Roark to Buy Subways?
Ayn Rand Hero Buys Purveyors of Heroes
By Ed Goldman
Ayn Rand must be doing aerobics in her grave. “Subway Agrees to Buyout By Roark,” the New York Times reported in its Business & Finance section one recent Friday.
If you’re unfamiliar with the novel and film of “The Fountainhead,” feel free to skip today’s column. Perhaps I should have, too. But I’m crazy about Rand’s seven virtues: rationality, independence, integrity, honesty, justice, productiveness, and pride.
Ayn Rand shrugged
Put them all together and they somehow spell her biggest concept, Objectivism. Clearly, Ayn Rand couldn’t spell.
If you’re a fan of “The Fountainhead,” you know it’s about Howard Roark, the unyielding architect whose egotism and aesthetics put him right up there with real-life’s Frank Lloyd Wright or your most obnoxious uncle (without the aesthetics). You’ll be thrilled to know Howard’s back in action and buying up sandwich shops.
I imagine he’s demanding that the sandwiches be prepped his way and no one else’s because, after all, “Every sandwich is like a person. Single and unrepeatable.” This is a slightly modified quote from the novel: I substituted the word “sandwich” for “building.” Try doing this yourself as a drinking game.
As for the deli itself, it may represent to Roark “a pedestal from which a god had been torn, and in his place there stood, not Satan with a sword, but a corner lout sipping a bottle of Coca-Cola.” This is an actual, unmodified quote from the novel. Vote online for which quote you prefer once we set it up at our website. Don’t wait on us, though, if you have other commitments for the rest of your life.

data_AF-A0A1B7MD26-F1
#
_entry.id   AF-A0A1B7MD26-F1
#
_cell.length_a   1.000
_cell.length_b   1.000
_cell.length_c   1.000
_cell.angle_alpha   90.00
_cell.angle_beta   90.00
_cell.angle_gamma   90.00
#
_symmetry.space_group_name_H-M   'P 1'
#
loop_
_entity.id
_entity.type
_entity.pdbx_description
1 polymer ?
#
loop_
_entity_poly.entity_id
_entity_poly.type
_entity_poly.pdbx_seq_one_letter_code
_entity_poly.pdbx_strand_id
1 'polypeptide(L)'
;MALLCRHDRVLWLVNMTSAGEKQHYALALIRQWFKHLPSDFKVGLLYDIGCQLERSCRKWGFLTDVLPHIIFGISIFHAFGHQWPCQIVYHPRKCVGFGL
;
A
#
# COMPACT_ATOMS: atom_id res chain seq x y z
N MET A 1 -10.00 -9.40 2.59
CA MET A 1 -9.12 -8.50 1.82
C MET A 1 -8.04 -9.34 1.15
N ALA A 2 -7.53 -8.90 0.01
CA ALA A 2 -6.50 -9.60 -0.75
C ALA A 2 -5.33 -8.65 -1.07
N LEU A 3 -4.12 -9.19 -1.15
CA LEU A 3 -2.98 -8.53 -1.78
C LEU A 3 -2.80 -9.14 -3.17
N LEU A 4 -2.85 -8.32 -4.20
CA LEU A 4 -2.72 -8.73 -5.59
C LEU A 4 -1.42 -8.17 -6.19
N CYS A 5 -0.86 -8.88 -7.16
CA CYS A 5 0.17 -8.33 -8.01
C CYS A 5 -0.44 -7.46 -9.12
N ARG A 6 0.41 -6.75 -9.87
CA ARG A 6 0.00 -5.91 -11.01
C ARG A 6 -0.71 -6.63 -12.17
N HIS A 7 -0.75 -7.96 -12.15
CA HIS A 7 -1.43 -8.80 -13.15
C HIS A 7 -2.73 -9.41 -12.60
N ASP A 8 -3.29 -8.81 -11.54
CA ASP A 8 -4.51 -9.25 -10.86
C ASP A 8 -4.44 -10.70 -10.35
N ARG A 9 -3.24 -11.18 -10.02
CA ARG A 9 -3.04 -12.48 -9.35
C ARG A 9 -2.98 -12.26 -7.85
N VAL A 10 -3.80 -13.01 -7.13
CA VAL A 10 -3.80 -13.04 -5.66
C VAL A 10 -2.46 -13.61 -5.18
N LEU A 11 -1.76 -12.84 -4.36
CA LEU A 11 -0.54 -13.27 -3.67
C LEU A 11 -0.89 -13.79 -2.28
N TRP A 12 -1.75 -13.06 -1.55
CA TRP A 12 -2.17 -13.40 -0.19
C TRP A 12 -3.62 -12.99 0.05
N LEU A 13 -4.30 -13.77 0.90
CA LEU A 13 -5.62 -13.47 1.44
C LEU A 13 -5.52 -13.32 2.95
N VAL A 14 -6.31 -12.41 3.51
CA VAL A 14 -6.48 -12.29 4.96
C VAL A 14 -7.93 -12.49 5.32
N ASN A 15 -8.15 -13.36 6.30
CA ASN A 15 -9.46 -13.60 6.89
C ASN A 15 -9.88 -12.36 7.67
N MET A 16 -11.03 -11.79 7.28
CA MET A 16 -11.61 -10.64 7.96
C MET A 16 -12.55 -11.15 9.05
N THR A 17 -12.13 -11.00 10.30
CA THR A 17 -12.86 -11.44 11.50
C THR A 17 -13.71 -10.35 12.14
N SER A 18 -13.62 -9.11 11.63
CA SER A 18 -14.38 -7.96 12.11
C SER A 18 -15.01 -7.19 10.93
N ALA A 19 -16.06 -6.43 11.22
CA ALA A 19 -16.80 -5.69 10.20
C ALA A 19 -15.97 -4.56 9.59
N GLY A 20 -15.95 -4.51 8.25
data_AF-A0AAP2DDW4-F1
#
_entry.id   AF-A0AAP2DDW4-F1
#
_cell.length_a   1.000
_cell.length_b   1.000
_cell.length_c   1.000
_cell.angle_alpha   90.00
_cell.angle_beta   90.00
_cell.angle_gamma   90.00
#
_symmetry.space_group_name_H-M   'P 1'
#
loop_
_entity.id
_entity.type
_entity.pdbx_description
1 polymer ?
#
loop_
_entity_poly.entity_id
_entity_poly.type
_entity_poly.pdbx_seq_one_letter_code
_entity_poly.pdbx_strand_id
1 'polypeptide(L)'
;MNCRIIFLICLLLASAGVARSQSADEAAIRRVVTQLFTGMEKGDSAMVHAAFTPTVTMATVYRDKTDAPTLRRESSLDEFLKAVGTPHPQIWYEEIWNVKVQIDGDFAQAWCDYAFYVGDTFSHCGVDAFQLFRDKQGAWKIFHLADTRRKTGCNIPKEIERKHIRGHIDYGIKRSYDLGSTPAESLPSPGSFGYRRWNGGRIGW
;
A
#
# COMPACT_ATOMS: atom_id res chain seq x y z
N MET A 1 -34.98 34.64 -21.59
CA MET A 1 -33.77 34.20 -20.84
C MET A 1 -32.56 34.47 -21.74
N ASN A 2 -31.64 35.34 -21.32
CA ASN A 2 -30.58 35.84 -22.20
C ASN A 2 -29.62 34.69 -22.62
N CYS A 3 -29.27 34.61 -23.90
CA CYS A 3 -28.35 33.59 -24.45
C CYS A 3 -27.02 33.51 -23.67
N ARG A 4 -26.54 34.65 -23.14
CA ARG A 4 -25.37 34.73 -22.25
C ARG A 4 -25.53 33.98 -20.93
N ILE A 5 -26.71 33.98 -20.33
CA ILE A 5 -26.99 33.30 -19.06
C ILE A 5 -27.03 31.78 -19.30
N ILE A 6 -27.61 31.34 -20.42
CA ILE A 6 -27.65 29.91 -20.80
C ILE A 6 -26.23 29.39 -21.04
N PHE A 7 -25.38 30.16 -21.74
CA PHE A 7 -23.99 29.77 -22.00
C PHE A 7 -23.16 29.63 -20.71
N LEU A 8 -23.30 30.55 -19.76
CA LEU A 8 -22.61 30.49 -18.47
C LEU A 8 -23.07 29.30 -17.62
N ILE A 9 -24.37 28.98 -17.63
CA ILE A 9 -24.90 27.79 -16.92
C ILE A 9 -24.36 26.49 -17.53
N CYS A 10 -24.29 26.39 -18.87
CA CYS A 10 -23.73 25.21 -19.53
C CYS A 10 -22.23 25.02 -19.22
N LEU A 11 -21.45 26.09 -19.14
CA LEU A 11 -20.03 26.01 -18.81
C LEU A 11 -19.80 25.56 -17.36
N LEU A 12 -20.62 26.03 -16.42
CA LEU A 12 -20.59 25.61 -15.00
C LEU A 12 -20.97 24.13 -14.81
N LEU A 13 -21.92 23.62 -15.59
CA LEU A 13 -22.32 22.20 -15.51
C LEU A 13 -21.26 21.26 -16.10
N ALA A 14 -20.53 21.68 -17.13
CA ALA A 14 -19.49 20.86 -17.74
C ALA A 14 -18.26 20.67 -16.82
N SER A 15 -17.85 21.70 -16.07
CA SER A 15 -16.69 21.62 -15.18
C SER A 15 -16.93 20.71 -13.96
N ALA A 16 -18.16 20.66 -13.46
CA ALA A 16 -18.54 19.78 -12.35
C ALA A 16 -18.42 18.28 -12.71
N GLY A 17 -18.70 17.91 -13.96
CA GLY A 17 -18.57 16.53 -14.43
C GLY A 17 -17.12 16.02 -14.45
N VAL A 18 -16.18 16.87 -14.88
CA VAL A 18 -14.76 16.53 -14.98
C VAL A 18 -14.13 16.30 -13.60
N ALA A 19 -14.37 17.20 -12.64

I confess that when I first read that headline I thought it meant that Howard Roark was buying the New York City underground metro. I’m glad I was wrong. In “The Fountainhead,” Roark deals with rats but these rats mainly wear suits and, many of them being architects, bowties and red-framed eyeglasses.
If you recall the novel and movie, which starred Gary Cooper, Patricia Neal and Raymond Massey, Roark lets an architect use his design for a new working-class community provided the architect doesn’t alter a single inch of Roark’s work. Naturally, the guy does, and Roark, being an Objectivist with a convenient knowledge of major explosives, blows up the community prior to its ribbon-cutting, disappointing New York City Councilmembers who’d hoped to see and possibly touch the ginormous scissors used for photo ops of this sort.
He’s brought to trial, of course, where he makes a speech that’s rather incoherent by today’s standards as well as those in existence when the book and movie were released, arguing that blowing up a still-uninhabited community was not only his right but a moral imperative, rationality-wise, independence-wise, integrity-wise, honesty-wise, justice-wise, productiveness-wise and wise-guy-wise.
I imagine the owners of Subway had something written into the bill of sale that once its chain of sandwich shops was under Roark’s aegis, he’d promise not to blow them up. I believe this would come under the heading of Best Practices—though Ayn Rand doing aerobics in her grave also might.
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